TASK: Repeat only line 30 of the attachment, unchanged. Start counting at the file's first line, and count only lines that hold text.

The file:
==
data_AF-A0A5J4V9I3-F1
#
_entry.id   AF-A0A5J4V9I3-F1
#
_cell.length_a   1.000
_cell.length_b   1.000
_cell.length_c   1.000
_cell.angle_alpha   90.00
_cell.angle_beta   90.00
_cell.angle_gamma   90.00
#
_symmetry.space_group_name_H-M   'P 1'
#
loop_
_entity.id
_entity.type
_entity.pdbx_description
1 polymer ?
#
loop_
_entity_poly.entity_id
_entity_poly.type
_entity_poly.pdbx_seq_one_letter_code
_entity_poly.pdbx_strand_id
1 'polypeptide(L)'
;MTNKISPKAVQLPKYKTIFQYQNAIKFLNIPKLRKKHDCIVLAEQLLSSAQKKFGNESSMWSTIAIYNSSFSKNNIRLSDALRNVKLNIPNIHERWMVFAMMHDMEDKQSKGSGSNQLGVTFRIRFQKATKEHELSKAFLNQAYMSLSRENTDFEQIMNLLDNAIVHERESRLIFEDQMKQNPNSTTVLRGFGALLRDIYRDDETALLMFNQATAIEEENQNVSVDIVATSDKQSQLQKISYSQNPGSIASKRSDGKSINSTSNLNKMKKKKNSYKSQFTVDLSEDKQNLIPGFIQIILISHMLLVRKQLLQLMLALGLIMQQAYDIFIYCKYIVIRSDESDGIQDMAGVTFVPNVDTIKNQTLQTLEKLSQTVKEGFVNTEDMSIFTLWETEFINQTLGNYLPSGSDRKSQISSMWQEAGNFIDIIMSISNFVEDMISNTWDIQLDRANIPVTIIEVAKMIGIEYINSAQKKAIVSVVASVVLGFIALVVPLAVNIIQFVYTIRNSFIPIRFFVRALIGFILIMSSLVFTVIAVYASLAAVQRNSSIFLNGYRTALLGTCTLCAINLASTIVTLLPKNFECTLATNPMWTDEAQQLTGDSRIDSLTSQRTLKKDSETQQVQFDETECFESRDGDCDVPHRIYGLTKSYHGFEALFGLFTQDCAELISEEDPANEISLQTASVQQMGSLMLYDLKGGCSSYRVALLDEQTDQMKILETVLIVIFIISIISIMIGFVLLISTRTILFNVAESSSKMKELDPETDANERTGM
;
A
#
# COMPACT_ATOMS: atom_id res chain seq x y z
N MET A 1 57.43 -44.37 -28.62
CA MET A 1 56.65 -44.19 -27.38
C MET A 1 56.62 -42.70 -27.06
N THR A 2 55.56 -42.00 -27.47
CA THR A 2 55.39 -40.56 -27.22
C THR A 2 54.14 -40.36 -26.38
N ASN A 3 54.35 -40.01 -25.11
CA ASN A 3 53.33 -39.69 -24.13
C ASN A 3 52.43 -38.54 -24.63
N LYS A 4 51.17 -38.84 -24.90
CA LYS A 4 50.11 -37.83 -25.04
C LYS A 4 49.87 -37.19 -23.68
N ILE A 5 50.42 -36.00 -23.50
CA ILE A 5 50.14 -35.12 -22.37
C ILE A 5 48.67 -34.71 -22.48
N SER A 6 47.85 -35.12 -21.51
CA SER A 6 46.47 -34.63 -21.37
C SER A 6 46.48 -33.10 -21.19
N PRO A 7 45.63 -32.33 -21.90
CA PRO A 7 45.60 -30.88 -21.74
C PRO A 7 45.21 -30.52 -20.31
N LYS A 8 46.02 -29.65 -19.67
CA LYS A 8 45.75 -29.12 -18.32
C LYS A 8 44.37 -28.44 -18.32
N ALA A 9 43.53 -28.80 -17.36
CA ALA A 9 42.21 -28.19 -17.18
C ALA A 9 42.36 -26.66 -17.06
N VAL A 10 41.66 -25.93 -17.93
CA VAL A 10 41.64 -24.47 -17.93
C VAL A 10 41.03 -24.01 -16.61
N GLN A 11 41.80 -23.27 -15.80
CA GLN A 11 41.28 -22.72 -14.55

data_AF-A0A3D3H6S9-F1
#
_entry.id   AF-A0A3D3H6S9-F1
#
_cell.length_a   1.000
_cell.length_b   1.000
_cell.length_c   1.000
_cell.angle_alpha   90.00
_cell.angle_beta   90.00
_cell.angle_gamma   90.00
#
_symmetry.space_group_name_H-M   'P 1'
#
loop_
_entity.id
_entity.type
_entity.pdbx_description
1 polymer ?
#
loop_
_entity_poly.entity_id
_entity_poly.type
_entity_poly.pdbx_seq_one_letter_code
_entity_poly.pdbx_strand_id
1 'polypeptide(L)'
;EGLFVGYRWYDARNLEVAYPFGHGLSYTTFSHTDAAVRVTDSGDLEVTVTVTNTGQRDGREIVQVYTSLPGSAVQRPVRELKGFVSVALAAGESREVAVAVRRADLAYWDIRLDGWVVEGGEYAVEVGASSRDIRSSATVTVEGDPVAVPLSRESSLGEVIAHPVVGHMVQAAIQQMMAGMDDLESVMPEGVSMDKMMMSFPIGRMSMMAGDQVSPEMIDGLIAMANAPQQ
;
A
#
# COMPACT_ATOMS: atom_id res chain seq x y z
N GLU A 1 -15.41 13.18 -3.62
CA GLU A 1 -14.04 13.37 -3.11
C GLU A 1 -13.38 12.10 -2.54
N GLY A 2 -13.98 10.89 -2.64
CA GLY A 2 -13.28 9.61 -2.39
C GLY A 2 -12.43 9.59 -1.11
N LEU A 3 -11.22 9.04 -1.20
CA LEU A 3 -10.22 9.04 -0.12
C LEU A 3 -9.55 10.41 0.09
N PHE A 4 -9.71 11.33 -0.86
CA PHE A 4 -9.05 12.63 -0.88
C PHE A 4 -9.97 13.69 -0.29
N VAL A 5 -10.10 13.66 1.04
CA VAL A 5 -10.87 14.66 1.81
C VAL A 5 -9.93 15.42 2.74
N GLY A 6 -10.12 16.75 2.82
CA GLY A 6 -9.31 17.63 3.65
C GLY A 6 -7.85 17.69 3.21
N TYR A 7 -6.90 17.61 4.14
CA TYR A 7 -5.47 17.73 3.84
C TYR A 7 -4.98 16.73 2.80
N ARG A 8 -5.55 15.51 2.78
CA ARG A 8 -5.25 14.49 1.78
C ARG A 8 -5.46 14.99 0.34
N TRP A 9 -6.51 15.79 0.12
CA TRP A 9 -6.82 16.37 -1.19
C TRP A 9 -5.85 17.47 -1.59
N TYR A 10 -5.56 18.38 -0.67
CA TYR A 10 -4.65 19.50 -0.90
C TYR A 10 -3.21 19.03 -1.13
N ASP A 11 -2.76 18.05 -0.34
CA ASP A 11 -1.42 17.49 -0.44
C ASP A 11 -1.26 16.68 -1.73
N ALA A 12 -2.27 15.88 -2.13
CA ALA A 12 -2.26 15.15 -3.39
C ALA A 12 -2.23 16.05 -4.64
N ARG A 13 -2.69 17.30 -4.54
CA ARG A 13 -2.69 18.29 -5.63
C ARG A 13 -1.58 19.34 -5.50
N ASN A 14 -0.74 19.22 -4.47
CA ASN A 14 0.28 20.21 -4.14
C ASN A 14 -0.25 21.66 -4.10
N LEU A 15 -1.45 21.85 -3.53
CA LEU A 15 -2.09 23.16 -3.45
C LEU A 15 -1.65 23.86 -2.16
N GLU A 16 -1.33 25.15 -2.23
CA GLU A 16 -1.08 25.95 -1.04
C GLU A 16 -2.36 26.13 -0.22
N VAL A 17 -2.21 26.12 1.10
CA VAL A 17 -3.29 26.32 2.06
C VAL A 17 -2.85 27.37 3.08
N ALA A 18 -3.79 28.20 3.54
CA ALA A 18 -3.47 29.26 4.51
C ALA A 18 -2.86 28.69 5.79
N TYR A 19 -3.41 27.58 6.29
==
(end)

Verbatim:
# COMPACT_ATOMS: atom_id res chain seq x y z